An Actually Seriously Worrying Case About Trans Rights

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Sourced from our usual depositary of everything wrong about trans rights and complaints there’s this story about a woman on the Times.

O’Donnell alleges multiple counts of illegal behaviour towards her after she transitioned to female, and her claims lift the rock to show a “boy’s club” of entrenched sexism, bordering on misogyny. But the case also introduces something that hasn’t previously been tested. Buzzfeed: O’Donnell and her lawyer… allege that it wasn’t just what happened in the newsroom but also what those inside it published in the newspaper about trans people that constituted a hostile, transphobic place to work. If O’Donnell wins, newspapers and other media outlets would have to reconsider their reporting of all minorities – not just gender and sexual minorities such as LGBT people, but anybody with a protected characteristic under the Equality Act 2010. Content that bullies and demonises groups would be considered workplace bullying.

Now of course Carrie is all in favour of this. But Carrie should be – as we all should be – very scared of this, very scared indeed. Frightened fecaless at the thought that anyone would put such a right into law.

For, what is being argued is that a newspaper printing stuff which would, if said to a member of staff be counted as breaching the rights of that protected class, is in itself breaching the rights of that protected class on the staff.

No, really:

On another occasion in 2014, she wrote to Witherow about a “virulently transphobic” opinion piece by a freelancer who had previously said they would refuse treatment from a GP if they were trans. Although the article was not published, the fact it was commissioned and considered for publication concerned O’Donnell. She said she was also alarmed that Witherow did not respond to the email. At the tribunal, however, Callan countered that opinion articles were meant to “stimulate debate”. The Times’ counsel also referred to an internal email from Witherow to the assistant comment editor referring to O’Donnell’s note: “Does she not have a point?” How, the lawyer asked O’Donnell, does that violate your dignity? “When I read this piece,” began O’Donnell, “it made me cry… it was such a foul piece, and derogatory,” about trans people to the extent that it led her to wonder, “how can my editors not see that this is an awful thing?”

Now, we’re obviously against such things because we’re adult and sensible. Someone having the vapours because a columnist is being a meanie can bugger off. Rod Liddle should indeed be allowed to refer to poofters and shirtlifters – if he wishes to – whatever the sexual activities or views upon them of a section editor at The Times. Well, assuming that it’s some other section, not the one commissioning Liddle. In fact, thinking of the section and editor I am thinking about he’d be very much more vociferous on this point than I am.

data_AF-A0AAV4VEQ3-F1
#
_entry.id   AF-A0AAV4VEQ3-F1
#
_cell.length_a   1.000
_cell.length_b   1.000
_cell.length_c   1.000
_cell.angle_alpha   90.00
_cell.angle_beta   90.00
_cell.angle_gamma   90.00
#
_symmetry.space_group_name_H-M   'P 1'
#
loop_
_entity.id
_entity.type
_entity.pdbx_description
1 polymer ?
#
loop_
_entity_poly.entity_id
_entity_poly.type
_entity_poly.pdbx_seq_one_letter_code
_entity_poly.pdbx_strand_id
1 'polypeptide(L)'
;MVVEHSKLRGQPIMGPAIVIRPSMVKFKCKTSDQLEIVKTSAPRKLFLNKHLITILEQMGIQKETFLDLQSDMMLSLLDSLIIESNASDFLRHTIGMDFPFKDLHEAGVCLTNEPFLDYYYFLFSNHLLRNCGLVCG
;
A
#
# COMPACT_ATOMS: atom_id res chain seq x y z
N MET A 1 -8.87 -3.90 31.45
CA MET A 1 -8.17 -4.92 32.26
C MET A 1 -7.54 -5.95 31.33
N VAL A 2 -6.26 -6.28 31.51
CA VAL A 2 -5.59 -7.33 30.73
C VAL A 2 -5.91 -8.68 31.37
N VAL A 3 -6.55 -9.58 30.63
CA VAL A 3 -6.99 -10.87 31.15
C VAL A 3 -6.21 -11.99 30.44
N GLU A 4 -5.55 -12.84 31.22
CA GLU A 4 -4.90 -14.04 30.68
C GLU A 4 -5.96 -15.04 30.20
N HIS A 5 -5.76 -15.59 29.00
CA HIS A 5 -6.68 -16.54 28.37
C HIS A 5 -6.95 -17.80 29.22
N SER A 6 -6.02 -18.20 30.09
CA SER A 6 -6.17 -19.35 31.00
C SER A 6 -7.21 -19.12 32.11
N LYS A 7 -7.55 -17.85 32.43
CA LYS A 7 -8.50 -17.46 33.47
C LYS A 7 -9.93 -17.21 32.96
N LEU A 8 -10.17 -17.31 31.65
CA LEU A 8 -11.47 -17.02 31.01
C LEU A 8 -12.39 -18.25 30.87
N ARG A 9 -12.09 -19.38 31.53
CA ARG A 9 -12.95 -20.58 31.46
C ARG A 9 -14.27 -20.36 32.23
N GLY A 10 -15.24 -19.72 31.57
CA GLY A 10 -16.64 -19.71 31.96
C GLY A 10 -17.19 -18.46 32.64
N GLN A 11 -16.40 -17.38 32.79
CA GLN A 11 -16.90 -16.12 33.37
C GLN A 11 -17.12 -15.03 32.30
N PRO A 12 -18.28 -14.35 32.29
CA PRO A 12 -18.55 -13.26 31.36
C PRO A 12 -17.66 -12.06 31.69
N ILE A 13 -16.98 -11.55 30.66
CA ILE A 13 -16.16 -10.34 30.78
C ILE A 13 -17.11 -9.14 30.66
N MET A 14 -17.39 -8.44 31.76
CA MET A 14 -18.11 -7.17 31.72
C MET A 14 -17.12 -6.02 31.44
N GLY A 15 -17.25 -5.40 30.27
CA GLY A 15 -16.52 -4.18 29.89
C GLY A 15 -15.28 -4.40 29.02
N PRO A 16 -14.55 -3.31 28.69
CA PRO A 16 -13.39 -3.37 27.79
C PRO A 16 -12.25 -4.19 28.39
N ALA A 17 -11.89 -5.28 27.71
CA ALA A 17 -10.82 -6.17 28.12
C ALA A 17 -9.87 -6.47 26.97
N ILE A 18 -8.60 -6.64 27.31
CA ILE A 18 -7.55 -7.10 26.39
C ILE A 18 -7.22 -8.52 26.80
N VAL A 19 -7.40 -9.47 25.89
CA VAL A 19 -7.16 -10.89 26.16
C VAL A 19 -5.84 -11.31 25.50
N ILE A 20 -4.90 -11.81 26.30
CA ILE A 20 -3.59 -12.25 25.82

And here’s the reason why Carrie should be equally opposed:

If O’Donnell wins, it could also set a precedent for news covering a range of minorities that are protected under the Equality Act 2010 from discrimination and abuse: gay people, disabled people, BAME people and those from different faiths.

Religion’s a protected characteristic. Some religions being markedly opposed to what some of those with other protected characteristics get up to. Using the logic being argued here we could then see observant Muslims arguing that a newspaper publishing a piece arguing that gays shouldn’t be thrown off buildings are creating a hate filled climate for them. The Muslims, not the gays. Even, an adherent of the Iranian Mullahs might argue – as they do – that male on male attraction should be solved by either hanging or forcible conversion to a newly female being attracted to males. Which is how some plurality of the Iranian Women’s soccer team was born male.

The mistake that’s being made here is to assume that if these “rights” are made more general, that it will be the rights that protect you which will be. And let’s be honest about it, what do we think is true? That there are more trans people around or more heavily religious opposed to such trans issues? So, who’s going to win if newspapers can’t publish stuff which offends staff with a protected characteristic?